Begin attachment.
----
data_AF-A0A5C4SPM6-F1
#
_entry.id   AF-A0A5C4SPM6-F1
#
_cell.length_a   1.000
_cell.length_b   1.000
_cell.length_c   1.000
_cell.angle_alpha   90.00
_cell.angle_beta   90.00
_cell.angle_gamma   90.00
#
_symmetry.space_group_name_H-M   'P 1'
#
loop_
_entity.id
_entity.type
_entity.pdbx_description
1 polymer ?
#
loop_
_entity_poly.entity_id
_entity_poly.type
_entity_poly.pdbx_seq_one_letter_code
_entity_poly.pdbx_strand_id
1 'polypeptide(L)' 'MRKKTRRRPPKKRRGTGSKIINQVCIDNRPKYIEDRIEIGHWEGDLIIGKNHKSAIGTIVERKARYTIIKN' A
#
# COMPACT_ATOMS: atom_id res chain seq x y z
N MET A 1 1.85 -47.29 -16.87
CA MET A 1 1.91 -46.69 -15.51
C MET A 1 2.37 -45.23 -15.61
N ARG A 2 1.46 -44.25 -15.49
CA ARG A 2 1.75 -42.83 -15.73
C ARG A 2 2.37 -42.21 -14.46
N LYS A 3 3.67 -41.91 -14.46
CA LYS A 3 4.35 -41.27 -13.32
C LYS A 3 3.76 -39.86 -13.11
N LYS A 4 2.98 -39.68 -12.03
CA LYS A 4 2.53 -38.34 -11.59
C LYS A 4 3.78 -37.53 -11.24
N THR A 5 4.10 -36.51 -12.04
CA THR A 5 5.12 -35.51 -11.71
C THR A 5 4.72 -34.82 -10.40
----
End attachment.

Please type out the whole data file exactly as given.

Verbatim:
data_AF-A0A5C4SPM6-F1
#
_entry.id   AF-A0A5C4SPM6-F1
#
_cell.length_a   1.000
_cell.length_b   1.000
_cell.length_c   1.000
_cell.angle_alpha   90.00
_cell.angle_beta   90.00
_cell.angle_gamma   90.00
#
_symmetry.space_group_name_H-M   'P 1'
#
loop_
_entity.id
_entity.type
_entity.pdbx_description
1 polymer ?
#
loop_
_entity_poly.entity_id
_entity_poly.type
_entity_poly.pdbx_seq_one_letter_code
_entity_poly.pdbx_strand_id
1 'polypeptide(L)' 'MRKKTRRRPPKKRRGTGSKIINQVCIDNRPKYIEDRIEIGHWEGDLIIGKNHKSAIGTIVERKARYTIIKN' A
#
# COMPACT_ATOMS: atom_id res chain seq x y z
N MET A 1 1.85 -47.29 -16.87
CA MET A 1 1.91 -46.69 -15.51
C MET A 1 2.37 -45.23 -15.61
N ARG A 2 1.46 -44.25 -15.49
CA ARG A 2 1.75 -42.83 -15.73
C ARG A 2 2.37 -42.21 -14.46
N LYS A 3 3.67 -41.91 -14.46
CA LYS A 3 4.35 -41.27 -13.32
C LYS A 3 3.76 -39.86 -13.11
N LYS A 4 2.98 -39.68 -12.03
CA LYS A 4 2.53 -38.34 -11.59
C LYS A 4 3.78 -37.53 -11.24
N THR A 5 4.10 -36.51 -12.04
CA THR A 5 5.12 -35.51 -11.71
C THR A 5 4.72 -34.82 -10.40